If someone were to ask you how your indoor air quality was holding up, what would you say? For some homeowners, that could be a very complicated question — because just like germs on the surface of a kitchen countertop, you really can’t see what’s lingering in the air. However, regardless of knowing if your home has poor indoor air quality or not, there are some ordinary everyday “habits” that homeowners get into that can bring that quality down — and we’re here to name a few of the many:
Spraying Chemical Air Fresheners
In your home, do you typically spray an array of air fresheners that promise to make your living room smell like a tropical breeze? While those sprays might emit a pleasant, artificial aroma of pineapple, orange, and lemon, there’s a strong chance that what you’re smelling isn’t an actual blend of fruit juices: it’s a blend of chemicals crafted to smell eerily close to them.
And while it might not seem harmful to spray those air fresheners, in actuality, you’re doing more harm than good. In reality, it has been said that many of those room sprays are manufactured with petroleum — and since there hasn’t been a long-term study on the effects it may have on the human body when sprayed, you may be doing more than just hurting your indoor air quality.
If you’re looking for the safest way to make your home smell fresh, without using chemically produced air fresheners, then it’s best to look into much more natural alternatives — such as essential oils.
Walking Inside With Shoes On
Before you walk through the front door, do you take your shoes off or do you stroll throughout your home with them on? If you opt to do the latter half, then there’s a chance that you’re bringing a majority of the outside in with you — and not the good parts, either. Think about it like this: when you’re walking on a patch of grass, any allergens that are present in the blades will cling to your shoes and trek inside your home with you. They’ll then find their way into your rugs and floors until you clean.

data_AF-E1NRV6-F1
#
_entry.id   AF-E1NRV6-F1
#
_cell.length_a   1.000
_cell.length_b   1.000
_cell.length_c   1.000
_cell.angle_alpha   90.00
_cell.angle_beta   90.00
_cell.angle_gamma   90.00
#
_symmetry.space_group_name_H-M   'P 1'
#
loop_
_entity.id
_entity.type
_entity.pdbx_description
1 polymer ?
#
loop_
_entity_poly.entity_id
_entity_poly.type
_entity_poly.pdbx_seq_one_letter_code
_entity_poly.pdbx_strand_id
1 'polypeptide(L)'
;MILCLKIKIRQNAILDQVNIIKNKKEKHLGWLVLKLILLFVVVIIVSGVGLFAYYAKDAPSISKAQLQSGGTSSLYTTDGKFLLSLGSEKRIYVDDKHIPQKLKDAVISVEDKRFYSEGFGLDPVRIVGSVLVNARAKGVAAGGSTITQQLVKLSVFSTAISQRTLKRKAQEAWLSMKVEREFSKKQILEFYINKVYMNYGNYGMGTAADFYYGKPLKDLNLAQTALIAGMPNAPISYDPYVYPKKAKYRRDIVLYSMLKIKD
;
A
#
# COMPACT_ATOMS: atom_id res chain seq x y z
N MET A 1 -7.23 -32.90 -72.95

Other pollutants, such as pesticides, pollen, and dander will also cling to the fibers of any rug you have and will linger around much longer than you’d hope for them to. Even if your home has hardwood floors, there’s still a chance that these shoe-bound “pests” will go airborne and spread throughout.
The best way to stop these airborne allergens in their tracks is to make a habit of taking your shoes off at the front door. Now, if you’re not fond of walking through your home without any form of footwear on, then it’s best to invest in some house slippers that you can conveniently slip on after taking your shoes off.
Note: If you do opt for some house-only shoes, make sure that you don’t trek outside in them; they will attract the same allergens just like your everyday shoes!
Cleaning With Store-bought Cleaners
When you scrub down your home, do you opt to use one of those harsh chemical cleaners you picked up at the store? If so, you’re not alone — but you’re also not alone in negatively impacting your indoor air quality. Unfortunately, one of the most common ingredients found in most commercialized cleaners is ammonia; it not only has a strong odor, but it's also harsh on your lungs. Now think about how it’s lingering inside of your home — and you might not even know it.
Sure, properly ventilating while you clean (i.e., turn the fan on, open the windows) can help, but that can only do so much. To help protect your indoor air quality, it would be best to look for cleaning agents that are on the “greener” side of things. These will still pack the power to clean and sanitize your home, but they won’t emit a strong chemically produced odor and will have little-to-no harsh chemical additives.
If your Indoor Air Quality Needs Improvement, Contact us Today!
We have multiple indoor air quality solutions that would be perfect for any living space! The minute you suspect your IAQ isn’t up to par, contact Ponderosa Heating & Cooling at (541) 204-2775 to learn more!